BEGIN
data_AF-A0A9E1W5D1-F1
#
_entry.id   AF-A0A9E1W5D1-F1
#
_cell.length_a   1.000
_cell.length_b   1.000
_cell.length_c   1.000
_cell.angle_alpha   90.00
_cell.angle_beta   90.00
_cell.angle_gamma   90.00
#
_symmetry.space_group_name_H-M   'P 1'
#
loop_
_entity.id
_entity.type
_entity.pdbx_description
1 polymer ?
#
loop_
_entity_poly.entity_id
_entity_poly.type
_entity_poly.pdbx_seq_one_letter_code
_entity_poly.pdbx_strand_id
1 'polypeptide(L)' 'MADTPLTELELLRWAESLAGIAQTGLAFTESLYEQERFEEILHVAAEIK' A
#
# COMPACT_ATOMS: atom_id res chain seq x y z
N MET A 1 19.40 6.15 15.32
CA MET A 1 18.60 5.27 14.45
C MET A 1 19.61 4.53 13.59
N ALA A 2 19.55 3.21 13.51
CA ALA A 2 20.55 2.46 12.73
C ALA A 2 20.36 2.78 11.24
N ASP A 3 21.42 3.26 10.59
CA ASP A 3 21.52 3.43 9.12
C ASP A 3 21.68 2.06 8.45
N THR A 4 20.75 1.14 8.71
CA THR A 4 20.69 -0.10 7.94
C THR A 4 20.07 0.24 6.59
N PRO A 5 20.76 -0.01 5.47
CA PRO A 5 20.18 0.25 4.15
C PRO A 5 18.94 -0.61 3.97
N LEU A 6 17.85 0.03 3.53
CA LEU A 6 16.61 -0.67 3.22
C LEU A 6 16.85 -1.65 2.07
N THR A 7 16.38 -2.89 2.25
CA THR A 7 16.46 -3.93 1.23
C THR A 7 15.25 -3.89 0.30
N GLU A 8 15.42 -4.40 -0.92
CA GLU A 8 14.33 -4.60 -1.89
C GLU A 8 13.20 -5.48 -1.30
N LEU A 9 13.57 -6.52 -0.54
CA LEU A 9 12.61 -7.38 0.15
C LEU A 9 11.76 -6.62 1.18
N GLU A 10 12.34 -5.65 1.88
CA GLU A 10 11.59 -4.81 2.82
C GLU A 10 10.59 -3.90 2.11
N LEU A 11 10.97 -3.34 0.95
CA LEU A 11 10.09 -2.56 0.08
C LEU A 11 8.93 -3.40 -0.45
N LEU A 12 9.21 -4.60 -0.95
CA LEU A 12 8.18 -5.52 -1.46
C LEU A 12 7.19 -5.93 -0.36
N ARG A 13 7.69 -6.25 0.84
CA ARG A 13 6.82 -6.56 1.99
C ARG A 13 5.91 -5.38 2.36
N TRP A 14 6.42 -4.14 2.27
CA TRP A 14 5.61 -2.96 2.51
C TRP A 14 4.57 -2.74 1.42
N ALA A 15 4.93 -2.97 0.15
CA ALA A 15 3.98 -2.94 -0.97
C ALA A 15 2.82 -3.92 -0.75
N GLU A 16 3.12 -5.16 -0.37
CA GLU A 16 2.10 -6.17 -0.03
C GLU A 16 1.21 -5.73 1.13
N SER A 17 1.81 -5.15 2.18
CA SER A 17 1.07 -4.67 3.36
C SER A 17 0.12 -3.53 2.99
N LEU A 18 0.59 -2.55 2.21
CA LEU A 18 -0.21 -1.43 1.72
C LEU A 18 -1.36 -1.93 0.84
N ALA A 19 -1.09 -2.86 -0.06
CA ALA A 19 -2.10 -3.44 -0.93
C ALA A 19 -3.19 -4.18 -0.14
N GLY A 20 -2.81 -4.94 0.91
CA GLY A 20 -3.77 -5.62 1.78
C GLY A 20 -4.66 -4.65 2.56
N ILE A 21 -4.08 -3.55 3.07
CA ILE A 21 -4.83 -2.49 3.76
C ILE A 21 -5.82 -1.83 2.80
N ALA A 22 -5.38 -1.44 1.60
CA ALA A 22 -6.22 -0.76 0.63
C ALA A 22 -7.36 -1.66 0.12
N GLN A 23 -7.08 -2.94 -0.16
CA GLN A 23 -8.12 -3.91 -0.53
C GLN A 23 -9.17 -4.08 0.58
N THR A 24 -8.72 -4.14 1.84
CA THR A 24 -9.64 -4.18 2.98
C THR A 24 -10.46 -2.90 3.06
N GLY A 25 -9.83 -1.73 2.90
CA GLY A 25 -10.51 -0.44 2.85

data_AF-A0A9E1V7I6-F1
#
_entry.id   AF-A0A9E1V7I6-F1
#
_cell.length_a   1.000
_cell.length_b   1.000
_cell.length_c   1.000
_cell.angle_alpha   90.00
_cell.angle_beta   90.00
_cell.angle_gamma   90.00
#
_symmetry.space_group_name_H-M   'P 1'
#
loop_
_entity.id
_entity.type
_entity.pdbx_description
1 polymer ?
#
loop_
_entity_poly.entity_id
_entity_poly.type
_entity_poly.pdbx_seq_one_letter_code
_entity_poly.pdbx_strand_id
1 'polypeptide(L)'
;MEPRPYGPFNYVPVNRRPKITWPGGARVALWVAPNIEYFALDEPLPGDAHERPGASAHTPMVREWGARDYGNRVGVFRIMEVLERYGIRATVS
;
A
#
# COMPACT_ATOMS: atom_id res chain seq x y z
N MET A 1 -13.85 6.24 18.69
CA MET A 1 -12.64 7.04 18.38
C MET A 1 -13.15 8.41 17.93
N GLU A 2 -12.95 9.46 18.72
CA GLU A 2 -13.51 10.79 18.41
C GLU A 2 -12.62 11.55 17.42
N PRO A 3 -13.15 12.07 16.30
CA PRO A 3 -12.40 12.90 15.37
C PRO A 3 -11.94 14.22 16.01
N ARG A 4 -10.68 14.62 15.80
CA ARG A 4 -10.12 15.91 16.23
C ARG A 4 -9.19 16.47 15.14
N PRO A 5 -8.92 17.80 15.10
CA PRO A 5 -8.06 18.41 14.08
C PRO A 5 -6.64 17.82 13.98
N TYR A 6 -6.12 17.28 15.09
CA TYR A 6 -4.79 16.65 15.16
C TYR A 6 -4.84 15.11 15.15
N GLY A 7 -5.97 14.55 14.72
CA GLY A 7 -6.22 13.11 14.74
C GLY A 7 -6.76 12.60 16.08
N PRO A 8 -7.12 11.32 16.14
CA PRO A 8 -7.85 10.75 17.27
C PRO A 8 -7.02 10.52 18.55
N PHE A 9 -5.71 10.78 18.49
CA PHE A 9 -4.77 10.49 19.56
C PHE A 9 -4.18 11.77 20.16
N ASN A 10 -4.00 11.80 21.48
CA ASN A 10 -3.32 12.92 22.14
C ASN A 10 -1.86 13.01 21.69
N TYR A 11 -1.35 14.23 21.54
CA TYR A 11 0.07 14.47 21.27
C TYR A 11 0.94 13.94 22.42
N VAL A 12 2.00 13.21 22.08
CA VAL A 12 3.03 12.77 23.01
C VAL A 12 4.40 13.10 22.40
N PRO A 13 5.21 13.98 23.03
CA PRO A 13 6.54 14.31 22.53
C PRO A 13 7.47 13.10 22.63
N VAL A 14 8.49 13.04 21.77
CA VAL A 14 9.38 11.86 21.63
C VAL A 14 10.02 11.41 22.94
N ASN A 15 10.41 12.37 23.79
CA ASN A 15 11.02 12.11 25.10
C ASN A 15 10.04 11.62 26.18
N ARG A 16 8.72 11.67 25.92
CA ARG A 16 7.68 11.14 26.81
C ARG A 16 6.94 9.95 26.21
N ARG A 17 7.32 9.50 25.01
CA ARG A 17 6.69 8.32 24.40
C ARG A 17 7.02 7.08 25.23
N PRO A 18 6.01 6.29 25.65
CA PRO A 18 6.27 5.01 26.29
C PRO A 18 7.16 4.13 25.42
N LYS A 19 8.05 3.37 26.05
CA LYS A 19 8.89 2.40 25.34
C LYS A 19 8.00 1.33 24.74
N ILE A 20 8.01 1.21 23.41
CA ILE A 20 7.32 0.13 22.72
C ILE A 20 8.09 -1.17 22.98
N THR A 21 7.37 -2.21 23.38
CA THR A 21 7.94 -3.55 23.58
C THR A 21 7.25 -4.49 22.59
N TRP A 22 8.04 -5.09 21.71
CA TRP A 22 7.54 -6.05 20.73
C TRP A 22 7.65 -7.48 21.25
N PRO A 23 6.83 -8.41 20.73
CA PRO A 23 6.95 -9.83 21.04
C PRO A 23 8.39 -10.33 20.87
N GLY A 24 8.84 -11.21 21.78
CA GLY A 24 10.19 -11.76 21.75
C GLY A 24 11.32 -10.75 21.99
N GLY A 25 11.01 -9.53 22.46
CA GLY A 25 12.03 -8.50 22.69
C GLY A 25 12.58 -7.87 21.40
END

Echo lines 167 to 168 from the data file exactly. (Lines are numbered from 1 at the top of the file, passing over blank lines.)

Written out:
C VAL A 12 4.40 13.10 22.40
N PRO A 13 5.21 13.98 23.03